I love those pictures on my phone. That was a phenomenal highlight.

Raeanne:

We actually had Captain Djurre Jan on the podcast. And I so badly wanted to call him Captain Flip Flop, but I totally restrained myself! What about some of the adventures in the countries that you served in? Did you guys do some neat things as a family?

Justin:

Yeah, in Senegal, we spent a long weekend at a beach with some friends that we made from the ship, and I got to take a vacation, we got to go to a nature preserve in Senegal and see animals, and the thing that I love about Africa is the lawyers have not gotten a hold of it yet. So nobody sues anybody. So we were riding in the bed of a pickup truck and we got about within three feet of a rhinoceros with nothing around us. Our guide said — that’s a rhino and that’s a warthog, do not stick your hand out because there’s a black mamba under the truck. Like stuff that you could not get away with in the US. And we also got to get involved with a local church in Senegal. And it was really great to be able to worship with African believers. And like in church services, they’re just so different. And it was just a beautiful time, we got to expose our kids to something different.

Raeanne:

That is so cool. Well, you’ve already mentioned a little bit about how you’re different because you’ve served. But how do you think your kids are different because you took them on this adventure?

Justin:

I think they are much more appreciative. They were already appreciative, but they’re much more appreciative of what they have. Like they don’t want stuff for Christmas and their birthdays — they don’t need big things. They’re happy with small stuff, and I realized how blessed that they are to have the things that we have and live where we live. And I think there’s a deeper appreciation. Yeah, I think our kids have got a stronger walk with the Lord. And occasionally, we still catch them using phrases, words and language in other languages. Occasionally, like, I don’t know where it’ll come from, one of my daughters will start speaking French, or they’ll use an English word in an odd way, and I’m like, “no, no, baby, they only say that in England, that won’t make sense here.” And that’s British, and we speak American.

Raeanne:

Just to see the kids have their eyes opened to the world and what’s going on is pretty phenomenal and something I’m sure that your kids will take with them for the rest of their lives. They will never be the same.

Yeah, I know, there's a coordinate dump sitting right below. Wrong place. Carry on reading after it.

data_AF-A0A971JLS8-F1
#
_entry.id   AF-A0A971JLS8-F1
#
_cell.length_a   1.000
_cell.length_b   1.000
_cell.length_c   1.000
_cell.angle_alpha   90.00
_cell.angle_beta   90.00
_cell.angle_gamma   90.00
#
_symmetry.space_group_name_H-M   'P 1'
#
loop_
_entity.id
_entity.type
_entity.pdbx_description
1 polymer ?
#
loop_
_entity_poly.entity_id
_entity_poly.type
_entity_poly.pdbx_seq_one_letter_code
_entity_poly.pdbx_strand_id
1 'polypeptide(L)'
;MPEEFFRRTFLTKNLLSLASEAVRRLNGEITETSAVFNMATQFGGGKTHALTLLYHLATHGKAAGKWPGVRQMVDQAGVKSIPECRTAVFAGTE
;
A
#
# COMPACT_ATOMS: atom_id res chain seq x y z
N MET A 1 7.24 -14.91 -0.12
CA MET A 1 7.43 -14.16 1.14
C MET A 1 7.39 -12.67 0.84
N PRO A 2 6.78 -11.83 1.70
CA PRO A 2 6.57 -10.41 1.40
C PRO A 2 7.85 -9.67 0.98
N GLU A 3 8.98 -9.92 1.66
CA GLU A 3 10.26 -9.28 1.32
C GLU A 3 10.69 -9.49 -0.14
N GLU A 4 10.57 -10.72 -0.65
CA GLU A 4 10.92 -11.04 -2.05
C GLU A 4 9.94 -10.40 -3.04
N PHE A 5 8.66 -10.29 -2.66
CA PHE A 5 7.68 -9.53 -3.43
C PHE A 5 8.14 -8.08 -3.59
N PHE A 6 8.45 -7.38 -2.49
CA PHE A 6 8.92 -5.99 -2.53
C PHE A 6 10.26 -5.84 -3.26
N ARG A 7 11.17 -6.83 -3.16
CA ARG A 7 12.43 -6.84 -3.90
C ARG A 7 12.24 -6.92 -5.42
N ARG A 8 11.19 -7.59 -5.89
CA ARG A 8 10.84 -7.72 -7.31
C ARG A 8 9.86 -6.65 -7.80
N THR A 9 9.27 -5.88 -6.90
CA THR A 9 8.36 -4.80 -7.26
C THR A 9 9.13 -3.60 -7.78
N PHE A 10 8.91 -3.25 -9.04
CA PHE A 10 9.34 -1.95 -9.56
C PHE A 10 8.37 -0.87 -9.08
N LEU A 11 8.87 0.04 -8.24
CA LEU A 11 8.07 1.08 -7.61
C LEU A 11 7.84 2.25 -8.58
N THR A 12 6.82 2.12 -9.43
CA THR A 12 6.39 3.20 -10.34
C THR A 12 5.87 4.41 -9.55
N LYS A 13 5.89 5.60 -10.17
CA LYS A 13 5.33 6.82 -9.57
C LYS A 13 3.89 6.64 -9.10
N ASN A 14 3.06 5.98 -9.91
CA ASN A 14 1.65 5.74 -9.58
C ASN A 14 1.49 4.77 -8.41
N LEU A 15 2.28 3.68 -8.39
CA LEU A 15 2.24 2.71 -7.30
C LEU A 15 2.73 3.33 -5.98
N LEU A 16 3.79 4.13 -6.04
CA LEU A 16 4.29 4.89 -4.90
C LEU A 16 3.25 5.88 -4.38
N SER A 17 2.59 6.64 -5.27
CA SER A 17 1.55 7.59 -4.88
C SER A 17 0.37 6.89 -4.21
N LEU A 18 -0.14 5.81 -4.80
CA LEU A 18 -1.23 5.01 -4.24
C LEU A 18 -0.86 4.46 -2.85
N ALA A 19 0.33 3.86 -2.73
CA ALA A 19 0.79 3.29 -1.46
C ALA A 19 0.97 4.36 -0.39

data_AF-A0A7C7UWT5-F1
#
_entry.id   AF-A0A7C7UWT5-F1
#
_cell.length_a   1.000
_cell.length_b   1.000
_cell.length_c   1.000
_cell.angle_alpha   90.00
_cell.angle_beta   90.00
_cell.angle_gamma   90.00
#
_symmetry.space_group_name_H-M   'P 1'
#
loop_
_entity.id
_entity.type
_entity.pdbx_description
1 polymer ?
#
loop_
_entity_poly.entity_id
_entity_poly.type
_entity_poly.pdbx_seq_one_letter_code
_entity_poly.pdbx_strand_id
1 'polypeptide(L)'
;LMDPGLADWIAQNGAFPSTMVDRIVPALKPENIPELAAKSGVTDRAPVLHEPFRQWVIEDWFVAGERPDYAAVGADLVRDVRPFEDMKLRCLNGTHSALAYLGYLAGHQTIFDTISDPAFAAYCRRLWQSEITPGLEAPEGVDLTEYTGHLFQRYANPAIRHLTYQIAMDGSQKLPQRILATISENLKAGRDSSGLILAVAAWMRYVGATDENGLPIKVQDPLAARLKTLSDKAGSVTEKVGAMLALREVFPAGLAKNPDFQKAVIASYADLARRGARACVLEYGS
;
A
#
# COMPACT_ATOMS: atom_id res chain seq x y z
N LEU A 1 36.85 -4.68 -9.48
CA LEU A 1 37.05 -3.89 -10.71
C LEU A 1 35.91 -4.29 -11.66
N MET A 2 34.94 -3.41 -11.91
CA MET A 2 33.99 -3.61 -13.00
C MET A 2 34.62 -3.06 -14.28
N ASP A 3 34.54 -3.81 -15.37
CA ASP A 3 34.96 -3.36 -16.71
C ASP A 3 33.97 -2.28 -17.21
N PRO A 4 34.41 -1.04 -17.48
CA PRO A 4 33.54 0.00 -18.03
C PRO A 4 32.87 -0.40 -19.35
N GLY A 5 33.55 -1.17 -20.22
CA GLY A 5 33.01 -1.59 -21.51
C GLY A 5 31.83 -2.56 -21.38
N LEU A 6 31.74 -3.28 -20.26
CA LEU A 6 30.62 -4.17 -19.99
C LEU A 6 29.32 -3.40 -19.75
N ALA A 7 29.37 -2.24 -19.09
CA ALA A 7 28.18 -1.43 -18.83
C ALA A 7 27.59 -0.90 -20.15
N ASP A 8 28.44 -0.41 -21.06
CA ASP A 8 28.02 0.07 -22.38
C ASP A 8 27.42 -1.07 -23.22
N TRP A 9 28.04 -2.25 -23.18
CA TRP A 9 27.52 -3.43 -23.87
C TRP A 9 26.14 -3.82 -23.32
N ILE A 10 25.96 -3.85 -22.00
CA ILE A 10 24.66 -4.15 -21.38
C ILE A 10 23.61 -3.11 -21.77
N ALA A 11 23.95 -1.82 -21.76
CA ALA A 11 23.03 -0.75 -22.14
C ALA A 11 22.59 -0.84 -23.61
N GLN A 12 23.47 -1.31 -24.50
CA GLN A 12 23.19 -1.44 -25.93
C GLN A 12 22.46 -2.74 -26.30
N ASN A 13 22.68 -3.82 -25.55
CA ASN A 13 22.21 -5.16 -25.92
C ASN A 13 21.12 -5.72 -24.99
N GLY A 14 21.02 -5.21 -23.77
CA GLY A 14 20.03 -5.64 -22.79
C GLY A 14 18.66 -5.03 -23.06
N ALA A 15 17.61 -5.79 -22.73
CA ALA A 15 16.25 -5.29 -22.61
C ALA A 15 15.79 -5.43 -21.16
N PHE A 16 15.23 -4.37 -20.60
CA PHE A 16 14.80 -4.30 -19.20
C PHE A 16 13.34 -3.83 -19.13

Justin:

One of the other highlights was being able to go to the youth retreat and speak to junior high and high schoolers and know where they’re coming from. I’ve actually gotten to talk to a couple of the kids since then, and I’ve seen a couple of them have decided to make their faith their own. And I know at least one or two are now looking into going into missionary schools. And it was great to see kids starting to connect the dots of — what am I doing with my life and am I gonna just live my life or am I going to try to love and serve others and it was it was great to see.

Raeanne:

Well, I know my kids were blessed by what you had to share at the junior high retreat in Senegal. So I thank you for being that pastor to them. And Justin, I just thank you so much for sharing with us today a little bit of Your Mercy Ships journey. It’s been a pleasure to catch up with you, and thank you so much for being on the show today.

Justin:

Oh, thank you for having me. The pleasure is all mine.

Raeanne:

For more information about Mercy Ships go to mercyships.org and to keep up with the guests on New Mercies, follow us on Instagram at NewMerciesPodcast. Next week Aby Diouf will be sharing with us her experience of being a translator for Mercy Ships in her home country of Senegal. You don’t want to miss this interesting woman and her insight into the culture where we’re currently caring for patients.